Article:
The Vatican inspires a provocative painting of Gay Porn Icon as Saint

Untitled 01-10 (after Caravaggio, 1602; featuring Francois Sagat)

Untitled 01-10 (after Caravaggio, 1602; featuring Francois Sagat)



Australian artist, Ross Watson, was motivated by the Vatican’s position on homosexuality, and its ban on condom use, to create a painting which references Caravaggio’s ‘Crucifiction of St Peter’, and features French gay porn icon, Francois Sagat.

“Francois Sagat continues to play a valuable role in the area of HIV/AIDS prevention and education. I wanted to acknowledge that in the painting, whilst tying it to the Vatican,” comments Watson. “In contrast, the Vatican uses its status in the UN General Assembly to obstruct the promotion of condoms as protection against HIV/AIDS, and sexuality education in school curricular.”

“Some will regard the painting as provocative, but I don’t believe it is in contrast to the Vatican’s position on these issues. The Pope’s 2nd in charge recently claimed homosexuality and pedophelia are linked. That enraged me. It seems just and deserving to depict Francois Sagat as a contemporary saint, given he is helping to save lives, rather than contributing to causing illness and deaths for millions.”

“The great majority of Caravaggio’s patrons were from the Catholic church, and his paintings were sometimes rejected as they were viewed as inappropriate for a religious theme. I’m reminded here of my freedom as an artist. Imagine what Caravaggio might paint if he were alive today?”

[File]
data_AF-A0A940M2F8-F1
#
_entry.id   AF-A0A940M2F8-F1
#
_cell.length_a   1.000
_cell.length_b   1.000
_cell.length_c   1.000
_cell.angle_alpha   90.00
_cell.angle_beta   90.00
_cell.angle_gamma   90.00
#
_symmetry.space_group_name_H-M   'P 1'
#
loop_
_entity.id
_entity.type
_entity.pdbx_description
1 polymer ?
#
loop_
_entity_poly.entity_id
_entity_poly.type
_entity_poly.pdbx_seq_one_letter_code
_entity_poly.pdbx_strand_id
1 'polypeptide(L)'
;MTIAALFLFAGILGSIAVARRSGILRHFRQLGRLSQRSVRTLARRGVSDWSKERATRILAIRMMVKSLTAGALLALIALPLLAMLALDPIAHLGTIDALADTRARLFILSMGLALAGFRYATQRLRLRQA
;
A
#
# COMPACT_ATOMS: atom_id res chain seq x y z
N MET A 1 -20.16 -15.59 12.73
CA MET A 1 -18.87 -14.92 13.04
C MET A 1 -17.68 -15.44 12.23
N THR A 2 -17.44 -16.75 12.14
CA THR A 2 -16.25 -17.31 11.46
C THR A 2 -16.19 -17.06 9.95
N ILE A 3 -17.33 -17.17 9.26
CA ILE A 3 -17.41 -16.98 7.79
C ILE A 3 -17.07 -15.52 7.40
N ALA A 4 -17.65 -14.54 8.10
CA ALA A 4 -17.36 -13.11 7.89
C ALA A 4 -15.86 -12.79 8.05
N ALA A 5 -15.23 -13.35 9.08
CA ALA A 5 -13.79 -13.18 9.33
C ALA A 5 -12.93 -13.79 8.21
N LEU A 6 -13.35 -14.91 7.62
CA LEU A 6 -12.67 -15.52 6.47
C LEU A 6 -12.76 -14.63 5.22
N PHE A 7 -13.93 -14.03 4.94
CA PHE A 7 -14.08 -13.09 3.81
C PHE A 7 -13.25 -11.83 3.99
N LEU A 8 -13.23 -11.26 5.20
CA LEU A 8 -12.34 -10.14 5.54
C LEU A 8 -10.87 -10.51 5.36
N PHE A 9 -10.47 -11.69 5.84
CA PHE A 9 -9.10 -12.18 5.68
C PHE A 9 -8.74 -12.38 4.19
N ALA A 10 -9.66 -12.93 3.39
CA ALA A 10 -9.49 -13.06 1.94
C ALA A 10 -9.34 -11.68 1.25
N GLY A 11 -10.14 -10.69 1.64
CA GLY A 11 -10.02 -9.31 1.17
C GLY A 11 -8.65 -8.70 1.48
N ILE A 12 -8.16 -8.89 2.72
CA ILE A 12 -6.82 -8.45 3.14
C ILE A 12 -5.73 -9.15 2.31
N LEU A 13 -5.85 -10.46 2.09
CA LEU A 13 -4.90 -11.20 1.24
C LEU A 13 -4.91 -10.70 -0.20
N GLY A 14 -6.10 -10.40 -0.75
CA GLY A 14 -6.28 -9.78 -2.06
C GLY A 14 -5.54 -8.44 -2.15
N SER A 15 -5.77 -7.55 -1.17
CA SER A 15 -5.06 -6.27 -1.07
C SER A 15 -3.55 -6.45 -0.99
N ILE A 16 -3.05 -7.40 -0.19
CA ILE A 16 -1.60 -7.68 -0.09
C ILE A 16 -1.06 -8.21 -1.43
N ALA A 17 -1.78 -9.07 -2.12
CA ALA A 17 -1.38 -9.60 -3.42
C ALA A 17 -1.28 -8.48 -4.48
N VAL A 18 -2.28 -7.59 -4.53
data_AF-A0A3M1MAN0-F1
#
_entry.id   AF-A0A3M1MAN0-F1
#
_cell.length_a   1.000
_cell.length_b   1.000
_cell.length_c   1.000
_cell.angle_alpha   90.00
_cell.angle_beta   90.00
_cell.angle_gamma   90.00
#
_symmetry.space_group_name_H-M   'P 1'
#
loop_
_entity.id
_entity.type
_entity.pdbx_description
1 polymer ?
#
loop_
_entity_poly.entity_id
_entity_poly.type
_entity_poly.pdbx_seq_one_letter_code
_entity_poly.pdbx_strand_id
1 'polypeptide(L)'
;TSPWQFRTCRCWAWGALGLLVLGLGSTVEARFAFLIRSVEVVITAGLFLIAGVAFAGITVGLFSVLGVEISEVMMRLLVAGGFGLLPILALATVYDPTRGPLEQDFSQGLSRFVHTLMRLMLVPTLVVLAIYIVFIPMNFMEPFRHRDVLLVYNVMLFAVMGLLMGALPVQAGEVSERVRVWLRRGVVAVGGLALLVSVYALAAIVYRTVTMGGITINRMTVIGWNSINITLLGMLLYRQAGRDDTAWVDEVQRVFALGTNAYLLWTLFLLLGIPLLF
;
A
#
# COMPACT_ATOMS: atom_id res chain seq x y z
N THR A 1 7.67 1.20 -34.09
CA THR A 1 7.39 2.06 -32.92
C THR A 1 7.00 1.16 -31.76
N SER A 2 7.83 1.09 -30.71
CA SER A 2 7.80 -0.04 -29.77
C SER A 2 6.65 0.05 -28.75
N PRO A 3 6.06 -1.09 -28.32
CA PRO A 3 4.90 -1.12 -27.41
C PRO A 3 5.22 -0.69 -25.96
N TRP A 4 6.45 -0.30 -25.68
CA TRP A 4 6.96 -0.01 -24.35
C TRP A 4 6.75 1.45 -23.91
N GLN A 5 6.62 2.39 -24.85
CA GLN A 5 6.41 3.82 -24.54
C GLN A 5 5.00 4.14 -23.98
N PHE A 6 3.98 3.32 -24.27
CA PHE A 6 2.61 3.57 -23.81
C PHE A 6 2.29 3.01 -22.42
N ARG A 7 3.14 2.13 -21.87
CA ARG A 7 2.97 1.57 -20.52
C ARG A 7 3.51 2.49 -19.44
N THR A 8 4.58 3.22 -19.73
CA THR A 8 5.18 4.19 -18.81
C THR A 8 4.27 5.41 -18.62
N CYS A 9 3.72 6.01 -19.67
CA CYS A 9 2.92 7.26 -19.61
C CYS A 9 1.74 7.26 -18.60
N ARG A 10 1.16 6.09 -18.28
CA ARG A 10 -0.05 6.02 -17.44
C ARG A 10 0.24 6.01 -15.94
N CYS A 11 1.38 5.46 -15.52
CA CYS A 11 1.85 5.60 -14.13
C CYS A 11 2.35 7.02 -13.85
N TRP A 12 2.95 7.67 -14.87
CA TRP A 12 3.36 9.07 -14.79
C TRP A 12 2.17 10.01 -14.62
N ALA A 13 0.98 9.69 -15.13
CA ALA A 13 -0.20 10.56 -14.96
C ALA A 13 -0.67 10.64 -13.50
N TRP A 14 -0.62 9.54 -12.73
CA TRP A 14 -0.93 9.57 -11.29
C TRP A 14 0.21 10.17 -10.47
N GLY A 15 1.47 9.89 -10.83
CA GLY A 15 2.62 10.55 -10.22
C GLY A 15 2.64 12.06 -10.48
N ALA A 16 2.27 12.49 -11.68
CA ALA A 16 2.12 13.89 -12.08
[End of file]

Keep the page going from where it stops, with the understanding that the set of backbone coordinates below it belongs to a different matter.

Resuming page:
Francois Sagat and Ross Watson at the artist's recent exhibition in Sydney.

Two Australian icons, Matthew Mitcham, the gold medal winning Olympian diver, and The Hon. Michael Kirby, a former High Court Judge, have recently featured in Watson’s paintings. Both openly gay, they are examples of positive role models, particularly for same sex attracted youth whose rate of suicide is 5 times higher than their heterosexual peers in many countries, including Australia.

Watson has works in the National Gallery of Australia, the National Portrait Gallery, and the National Gallery of Victoria, and is represented in the private collections of Sir Elton John and James D. Wolfensohn, among others.

German publishers, Bruno Gmunder, will soon publish a book featuring Watson’s art from the past twenty years in recognition of his significance as an artist and contemporary cultural commentator.


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